Number 6 – DNS Tunneling

DNS tunneling is an important secondary attack method often used to exfiltrate (get away with) data that has been collected through other means. By disguising other kinds of traffic as legitimate queries sent over the port dedicated to DNS (often port 53), a hacker can often bypass normal firewall restrictions and fool network monitoring systems. This technique is not only used to get stolen data out of a private network, but also as a command and control method for malware infected computers and botnets.

Number 7 – Social Engineering

Social engineering is the oldest cyber security threat known to man. At a broad level, it’s the process of fooling someone into aiding or committing a security breach by tricking or lying to them. It can also apply to common ways to collect security information that has been handled carelessly, such as via dumpster diving (looking for old hardware or authentication information in trash or recycling) or secondary market recovery (buying a company’s old hardware and scouring it for intact data).

Number 8 – Zero-Day Exploits

Zero-day exploits are vulnerabilities that were discovered and acted upon before a patch could even be considered. Sometimes these hardware, software, or firmware flaws have been part of the core system for years, but simply never saw the light of day. The goal of the hacker is to get as much done as possible before anyone knows how to deal with this brand new threat. Dealing with these types of cyber security threats often requires broad, heavy handed countermeasures until a more sophisticated solution is developed.

Number 9 – Man-In-The-Middle

Man-in-the-middle attacks involve having a presence somewhere in between the victim and the server that they’re trying to access, preferably in a position where the attacker can see an unencrypted or lightly defended data flow. Common examples include authority attacks, where a person in charge of a network resource (such as someone working at an ISP) promiscuously snoops traffic, and public resource attacks, where the hacker pretends to be an access device (a public wi-fi hotspot or a mobile phone tower) but instead acts as a pass-through and scrapes the data as it flows by.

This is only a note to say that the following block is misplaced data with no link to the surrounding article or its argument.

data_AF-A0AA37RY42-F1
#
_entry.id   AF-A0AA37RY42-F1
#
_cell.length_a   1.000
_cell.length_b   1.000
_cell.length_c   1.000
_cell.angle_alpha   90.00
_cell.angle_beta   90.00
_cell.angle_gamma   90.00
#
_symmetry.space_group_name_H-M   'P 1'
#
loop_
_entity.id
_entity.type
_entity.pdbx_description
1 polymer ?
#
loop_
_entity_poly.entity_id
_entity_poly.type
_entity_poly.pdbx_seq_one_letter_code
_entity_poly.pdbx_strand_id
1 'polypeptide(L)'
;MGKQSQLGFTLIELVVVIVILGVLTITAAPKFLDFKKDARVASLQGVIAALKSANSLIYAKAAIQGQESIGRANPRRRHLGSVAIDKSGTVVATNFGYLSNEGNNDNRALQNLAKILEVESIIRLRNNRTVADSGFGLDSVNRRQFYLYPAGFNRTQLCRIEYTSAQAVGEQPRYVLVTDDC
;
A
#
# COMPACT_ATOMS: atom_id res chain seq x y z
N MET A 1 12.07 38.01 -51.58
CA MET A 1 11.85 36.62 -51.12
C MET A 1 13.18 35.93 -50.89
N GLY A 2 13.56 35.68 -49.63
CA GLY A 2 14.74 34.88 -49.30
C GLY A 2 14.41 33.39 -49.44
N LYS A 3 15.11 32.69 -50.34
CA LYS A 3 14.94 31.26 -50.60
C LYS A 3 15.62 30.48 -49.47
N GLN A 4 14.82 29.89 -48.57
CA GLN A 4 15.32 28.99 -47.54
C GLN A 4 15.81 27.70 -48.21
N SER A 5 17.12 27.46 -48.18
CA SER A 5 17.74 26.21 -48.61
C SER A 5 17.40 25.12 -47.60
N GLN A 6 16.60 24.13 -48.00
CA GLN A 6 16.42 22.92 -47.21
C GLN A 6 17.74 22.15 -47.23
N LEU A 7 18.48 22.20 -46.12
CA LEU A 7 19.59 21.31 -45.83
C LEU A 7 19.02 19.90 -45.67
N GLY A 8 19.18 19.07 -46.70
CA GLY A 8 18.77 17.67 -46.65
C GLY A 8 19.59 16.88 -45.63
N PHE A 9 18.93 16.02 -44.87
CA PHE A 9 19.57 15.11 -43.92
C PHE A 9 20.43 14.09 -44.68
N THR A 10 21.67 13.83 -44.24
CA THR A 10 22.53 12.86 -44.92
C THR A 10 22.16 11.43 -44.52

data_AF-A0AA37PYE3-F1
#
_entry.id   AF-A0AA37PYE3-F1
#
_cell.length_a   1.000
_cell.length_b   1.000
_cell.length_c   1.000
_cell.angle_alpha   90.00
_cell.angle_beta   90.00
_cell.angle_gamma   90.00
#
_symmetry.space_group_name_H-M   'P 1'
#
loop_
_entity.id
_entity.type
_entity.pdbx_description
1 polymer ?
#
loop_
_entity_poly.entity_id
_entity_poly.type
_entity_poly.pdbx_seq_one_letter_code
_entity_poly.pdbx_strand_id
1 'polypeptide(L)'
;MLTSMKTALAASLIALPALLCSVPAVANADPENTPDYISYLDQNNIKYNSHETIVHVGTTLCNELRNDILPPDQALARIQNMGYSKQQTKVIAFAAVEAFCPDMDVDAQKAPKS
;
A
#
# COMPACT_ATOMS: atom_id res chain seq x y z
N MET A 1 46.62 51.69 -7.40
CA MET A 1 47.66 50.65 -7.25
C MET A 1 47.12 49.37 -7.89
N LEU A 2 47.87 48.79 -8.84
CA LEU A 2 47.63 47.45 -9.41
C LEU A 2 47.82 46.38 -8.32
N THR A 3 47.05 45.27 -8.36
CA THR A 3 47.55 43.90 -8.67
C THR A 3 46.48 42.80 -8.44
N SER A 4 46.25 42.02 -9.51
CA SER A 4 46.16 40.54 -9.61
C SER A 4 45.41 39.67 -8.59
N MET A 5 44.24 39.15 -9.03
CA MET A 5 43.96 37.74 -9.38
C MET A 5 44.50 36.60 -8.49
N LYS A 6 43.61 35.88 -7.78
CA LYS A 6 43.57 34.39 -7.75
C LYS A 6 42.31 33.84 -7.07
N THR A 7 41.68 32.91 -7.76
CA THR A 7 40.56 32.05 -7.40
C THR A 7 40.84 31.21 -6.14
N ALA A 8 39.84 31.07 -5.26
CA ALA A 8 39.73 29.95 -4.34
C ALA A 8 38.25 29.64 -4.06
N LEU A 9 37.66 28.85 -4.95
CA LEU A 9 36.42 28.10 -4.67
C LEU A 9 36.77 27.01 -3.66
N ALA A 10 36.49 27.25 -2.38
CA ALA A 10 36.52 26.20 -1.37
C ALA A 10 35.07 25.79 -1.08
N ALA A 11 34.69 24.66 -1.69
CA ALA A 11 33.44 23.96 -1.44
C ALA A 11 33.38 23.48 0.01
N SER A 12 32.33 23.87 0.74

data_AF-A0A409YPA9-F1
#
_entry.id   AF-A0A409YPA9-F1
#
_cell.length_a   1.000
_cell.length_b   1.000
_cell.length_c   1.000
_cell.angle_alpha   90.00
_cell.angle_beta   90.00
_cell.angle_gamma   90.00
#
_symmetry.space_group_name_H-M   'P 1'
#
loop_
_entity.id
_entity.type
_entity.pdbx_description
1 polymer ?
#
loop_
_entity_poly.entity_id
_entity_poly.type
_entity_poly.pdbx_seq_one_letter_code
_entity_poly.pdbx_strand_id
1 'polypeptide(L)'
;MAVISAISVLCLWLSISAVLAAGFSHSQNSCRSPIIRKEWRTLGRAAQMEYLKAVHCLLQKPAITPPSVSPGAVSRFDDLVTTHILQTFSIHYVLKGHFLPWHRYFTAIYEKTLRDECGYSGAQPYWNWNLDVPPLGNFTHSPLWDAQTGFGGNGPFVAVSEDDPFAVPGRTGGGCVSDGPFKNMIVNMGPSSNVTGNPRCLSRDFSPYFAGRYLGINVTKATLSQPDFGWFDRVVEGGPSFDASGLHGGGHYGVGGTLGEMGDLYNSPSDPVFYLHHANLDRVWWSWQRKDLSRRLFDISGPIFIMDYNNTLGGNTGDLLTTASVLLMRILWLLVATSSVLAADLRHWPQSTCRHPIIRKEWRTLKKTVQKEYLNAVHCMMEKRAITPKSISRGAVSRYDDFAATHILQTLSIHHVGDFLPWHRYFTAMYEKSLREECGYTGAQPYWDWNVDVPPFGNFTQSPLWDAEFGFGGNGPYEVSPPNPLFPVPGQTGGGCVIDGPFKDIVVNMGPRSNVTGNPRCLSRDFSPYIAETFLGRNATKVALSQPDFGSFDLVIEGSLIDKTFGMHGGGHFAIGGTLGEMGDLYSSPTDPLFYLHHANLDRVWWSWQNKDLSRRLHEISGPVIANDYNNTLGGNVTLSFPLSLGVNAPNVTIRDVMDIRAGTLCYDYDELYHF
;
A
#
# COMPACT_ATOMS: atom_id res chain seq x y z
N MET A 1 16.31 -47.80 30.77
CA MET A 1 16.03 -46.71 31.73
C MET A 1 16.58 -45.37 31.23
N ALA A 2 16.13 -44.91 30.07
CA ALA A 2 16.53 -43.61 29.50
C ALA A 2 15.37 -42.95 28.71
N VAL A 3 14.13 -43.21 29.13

Number 10 Denial of Service

Denial of service (DoS) is possibly the most frustrating of all the types of cyber security threats. It attempts to overwhelm specific network or computing resources with a massive flood of traffic. The goal might be to take something offline by eating all of the bandwidth, or it might be to cause the defenses of certain services to ‘fall over’ under the stress, leaving a system open for access. Distributed denial of service (DDoS) attacks are often performed by botnets with nodes all over the world, to make countermeasures more difficult.

Number 11 – Brute Force Attacks

Brute force attacks attempt to break common encryptions by simply trying every possible key. Generally, these attacks only work against weak or outdated forms of encryption. Smaller key spaces, known flaws in random number generation, and other vulnerabilities that effectively limit the number of possible keys can greatly increase the effectiveness of a brute force attack. Strong, modern encryption methods can effectively increase the brute force time of even the most powerful supercomputers to billions of years. However, vulnerability to quantum computing is a relatively new consideration that older encryption methods haven’t had to consider.

Final Thought

Every advancement in computing brings with it new potential attack vectors. Stay flexible in your thinking patterns. Try to see what can go wrong, what can be manipulated. Then you’ll be ready for the cyber security threats of the next decade.